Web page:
Mike led each group up the stairs with head lamps and iPhone lights. It was nice to see whomever could come, and whomever could read the internet to find out about the classes.
As the dark days passed we clicked into a routine. Wake up. Make tea (fancy in these circumstances), eat a few nuts, head to Strala, open the studio for yoga, catch up with everyone, hike over the bridge to Dumbo, charge up our gear through the kindness of our friends Jason and Colleen Wachob, shower at their place, go find real food in Brooklyn where most business continued with the supplies they had on hand, and hike home before it got too late and too cold.
At night we roamed around SOHO in wonder of how dark it was. We hit the hay around 8pm, bundled in hats and sweats and blankets. We were lucky. We had a roof, water, a gas stove, and our friends nearby. So many people are left with a lot less. Sometimes to get that reminder we look far away. This time we just had to look a few miles.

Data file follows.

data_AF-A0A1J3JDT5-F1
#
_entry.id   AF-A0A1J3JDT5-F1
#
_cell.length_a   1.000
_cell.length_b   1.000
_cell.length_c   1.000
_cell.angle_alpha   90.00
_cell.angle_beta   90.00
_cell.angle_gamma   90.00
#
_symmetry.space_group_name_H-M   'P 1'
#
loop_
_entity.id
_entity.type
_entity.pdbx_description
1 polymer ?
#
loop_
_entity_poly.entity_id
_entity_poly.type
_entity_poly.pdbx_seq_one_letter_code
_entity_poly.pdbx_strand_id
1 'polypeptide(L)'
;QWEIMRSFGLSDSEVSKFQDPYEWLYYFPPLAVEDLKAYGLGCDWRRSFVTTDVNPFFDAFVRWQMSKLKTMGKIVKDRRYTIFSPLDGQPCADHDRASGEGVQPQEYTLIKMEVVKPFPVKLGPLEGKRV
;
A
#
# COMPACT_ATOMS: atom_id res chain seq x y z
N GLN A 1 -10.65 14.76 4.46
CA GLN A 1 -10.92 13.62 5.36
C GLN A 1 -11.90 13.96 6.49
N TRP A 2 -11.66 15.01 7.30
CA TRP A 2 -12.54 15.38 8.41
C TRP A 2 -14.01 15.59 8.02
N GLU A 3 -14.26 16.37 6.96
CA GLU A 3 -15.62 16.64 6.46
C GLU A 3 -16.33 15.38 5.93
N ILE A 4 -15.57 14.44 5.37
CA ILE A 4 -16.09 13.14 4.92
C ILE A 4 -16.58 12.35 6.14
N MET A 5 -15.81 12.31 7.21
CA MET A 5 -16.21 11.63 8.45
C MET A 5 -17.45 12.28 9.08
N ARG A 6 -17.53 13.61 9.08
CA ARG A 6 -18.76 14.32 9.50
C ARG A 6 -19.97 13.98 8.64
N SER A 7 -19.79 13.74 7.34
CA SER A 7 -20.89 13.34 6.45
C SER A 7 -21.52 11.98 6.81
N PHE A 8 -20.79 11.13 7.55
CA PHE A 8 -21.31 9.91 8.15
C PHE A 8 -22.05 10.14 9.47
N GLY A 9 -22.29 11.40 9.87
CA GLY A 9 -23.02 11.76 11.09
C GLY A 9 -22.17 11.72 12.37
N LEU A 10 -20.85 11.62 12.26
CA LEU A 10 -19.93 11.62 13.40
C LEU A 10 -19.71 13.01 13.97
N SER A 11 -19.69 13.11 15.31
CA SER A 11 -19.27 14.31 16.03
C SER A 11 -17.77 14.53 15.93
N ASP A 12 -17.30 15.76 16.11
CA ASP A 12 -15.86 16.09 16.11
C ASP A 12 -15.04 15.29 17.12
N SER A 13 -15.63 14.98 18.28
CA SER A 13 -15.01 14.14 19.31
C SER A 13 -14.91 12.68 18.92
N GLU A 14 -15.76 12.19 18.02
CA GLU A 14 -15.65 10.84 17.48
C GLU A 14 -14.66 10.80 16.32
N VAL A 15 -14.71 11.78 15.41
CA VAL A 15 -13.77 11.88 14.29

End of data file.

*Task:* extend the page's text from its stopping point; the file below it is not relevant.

We got into a groove and decided we could last a pretty long while with this routine. We knew the power would come on eventually, and it would be strange how instantly things would go back to how they were. I liked that people weren't buried in their phones as they walked on the street. No internet or texts to look at. People looked at people. People wanted to help.
Kindness was everywhere. A few NYU professors who are regulars at the studio took in loads of kids who needed to charge their phones and shower and rest somewhere warm. We ran into Eli and Nico (pictured on the right), friends and Strala regulars in SOHO, picking up milk and eggs on the street corner, where a local vendor decided to set up a table and give away what would already go bad without refrigeration.
There was a Strala pop-up in Brooklyn courtesy of Strala leader Suzy, where along with Vera, Deb and others she provided some stress relief for the fully-powered but stir-crazy side of the Sandy experience.
People wanted to be together, not alone. Sandy shocked people out of their routines. Things became simpler at the same time as more critical. We were just hanging out and helping each other.